Most martial artists hear of KI (CHI in Chinese) at some point in their training. Often, though, KI is poorly explained, and therefore its concept is foolish, interpreted as some mystical internal power we access only through deep concentration and meditation; Iron Fist style.
KI is not unique to martial arts. Many eastern philosophies, religion, and Feng Shui use KI to understand the Universe and the human body. KI sits at the center of traditional Chinese medicine theory. Acupuncturists treat their patients based on the status and health levels of their KI.
But what is KI?
The easy answer is that KI is the invisible energy that flows through our bodies and keep us alive– our life force.
Prayer based religions such as Christianity may call it the soul. KI affects our health, moods, emotions, strength in technique, and expression of our arts. If KI does not flow properly through our body, we get sick. If our KI is weak, we have sloppy technique. We are all born with KI, but we don’t all develop it. To develop KI to its highest level, we must focus on it deeply with training. There are exercises that we can practice to help develop and strengthen our KI.
In Aikido, some teachers have integrated KI development within their training. This is because the concept of strong energy and vitality goes hand in hand with general Aikido concepts. Koichi Tohei Sensei was the foremost Aikido instructor to integrate KI development with Aikido training. There is no doubt that to have a successful martial training, one need to have strong vital energy. In Shodo this is very important since calligraphy captures our KI on paper. Our vital energy flows through the brush with ink and makes and implant on the paper. The connection of mind and brush and the harmonization of KI energy is critical for good calligraphy.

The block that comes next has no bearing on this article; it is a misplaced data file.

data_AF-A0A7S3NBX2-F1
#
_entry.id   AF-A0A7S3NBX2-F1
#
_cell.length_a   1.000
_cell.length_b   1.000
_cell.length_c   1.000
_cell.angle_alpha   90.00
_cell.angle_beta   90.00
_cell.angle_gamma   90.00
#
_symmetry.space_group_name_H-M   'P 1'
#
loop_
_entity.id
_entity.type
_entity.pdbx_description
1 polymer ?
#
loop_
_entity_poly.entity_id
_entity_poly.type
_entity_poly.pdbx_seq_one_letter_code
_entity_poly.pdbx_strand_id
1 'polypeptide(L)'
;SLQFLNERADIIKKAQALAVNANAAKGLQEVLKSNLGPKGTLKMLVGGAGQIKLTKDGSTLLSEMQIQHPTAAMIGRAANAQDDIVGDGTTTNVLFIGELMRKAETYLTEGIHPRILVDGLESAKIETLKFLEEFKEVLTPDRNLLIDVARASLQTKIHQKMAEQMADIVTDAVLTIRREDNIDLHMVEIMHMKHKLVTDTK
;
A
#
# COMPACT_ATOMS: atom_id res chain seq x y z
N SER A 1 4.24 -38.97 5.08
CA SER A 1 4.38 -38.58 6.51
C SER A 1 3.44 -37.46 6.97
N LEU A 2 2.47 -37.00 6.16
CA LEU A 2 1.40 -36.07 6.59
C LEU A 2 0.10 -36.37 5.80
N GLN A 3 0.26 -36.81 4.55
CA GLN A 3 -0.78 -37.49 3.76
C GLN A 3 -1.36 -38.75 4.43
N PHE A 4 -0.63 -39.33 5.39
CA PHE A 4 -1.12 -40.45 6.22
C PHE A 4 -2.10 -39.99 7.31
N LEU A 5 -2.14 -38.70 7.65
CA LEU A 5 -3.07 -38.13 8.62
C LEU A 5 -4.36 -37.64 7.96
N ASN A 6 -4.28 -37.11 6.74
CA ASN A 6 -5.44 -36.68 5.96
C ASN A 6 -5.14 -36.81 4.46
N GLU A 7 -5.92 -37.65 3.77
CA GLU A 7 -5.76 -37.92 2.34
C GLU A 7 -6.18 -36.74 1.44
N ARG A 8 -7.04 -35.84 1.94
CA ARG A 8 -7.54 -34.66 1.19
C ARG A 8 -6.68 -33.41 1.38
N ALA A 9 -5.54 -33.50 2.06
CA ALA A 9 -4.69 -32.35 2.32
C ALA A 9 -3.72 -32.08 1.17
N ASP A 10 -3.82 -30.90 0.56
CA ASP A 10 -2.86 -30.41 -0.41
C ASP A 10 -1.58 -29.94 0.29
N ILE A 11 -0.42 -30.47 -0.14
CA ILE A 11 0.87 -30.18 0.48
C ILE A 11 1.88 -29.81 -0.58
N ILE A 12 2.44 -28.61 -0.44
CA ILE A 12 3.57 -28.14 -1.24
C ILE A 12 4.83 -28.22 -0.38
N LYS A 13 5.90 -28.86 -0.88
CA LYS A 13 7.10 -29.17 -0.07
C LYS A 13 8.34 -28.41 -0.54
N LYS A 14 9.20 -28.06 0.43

KI training and development can be mystical if wrongly interpreted and understood. In a very simple way, Toyoda Shihan once explained the process of developing KI (Toyoda, 1993). He wrote that there are four levels of KI development we must go through to fully experience the effect of KI in our training.
The first level of development is KIAI.
KIAI means to join with KI, but Toyoda Shihan defined it as the harmonization of KI energy with physical activity. KIAI to most martial artists is a yell performed during dynamic techniques. But KIAI is more than that. In martial training, when we reach a level of complete harmony between our energy and our body, strong KI can be expressed with a yell. A simple shout without KI has no meaning and no strength, and usually, its sound quickly disappears. However, a yell with KI can resonate like thunder, echo in a building, and shake a wooden structure. We can see KIAI in technique that is clean, sharp, and graceful.
The second level of development is KIROKU.
KIROKU is the Power of KI. This is a higher level of intensity. It is the stage when we start to understand the power and effect of our KI. KI is flowing through our bodies and it is manifested in our technique, art, and in our daily lives. While KIAI is the harmonization of KI energy with physical movements, KIROKU is felt during contact from one person to another during technique. In Shodo, KIROKU is seen in the shape, vitality, and expression of brushstrokes.
The third level of development is KIHAKU.
KIHAKU is the spirit of KI and is similar to KIROKU. When we talk about the “spirit” of KI we speak of something beyond power, but a higher level of KI development and understanding. At this level, one should be able to draw the KI of others and use it in technique. We can also use KIHAKU to connect and understand other people which will allow us to help others in meaningful ways.
The fourth level of development is HIBIKI
HIBIKI means “echo”. An echo replicates a sound instantly and precisely. This also happens naturally. A person at this level of KI development has immense spiritual power. Like an echo, one reacts to any situation perfectly and precisely, without confusion or delay, harmonizing with our surroundings.
We could interpret these as levels as quantities of achievements. But they are not attained simply through training in technique and exercise or by passing a promotion test. There isn’t a required amount of time needed to move onto the next level. It is a lifelong process, and it may take some people longer than others. While it is important to understand these levels, we must not get stuck in the intellectual understanding of them. Instead we must simply express our true self fully and mindfully during practice, whether martial or artistic, and consequently, our energy will become vital, active, and healthy.
Toyoda, F. (1993). The Concept of KI – Stages of Training. Aikido Today. 8(2).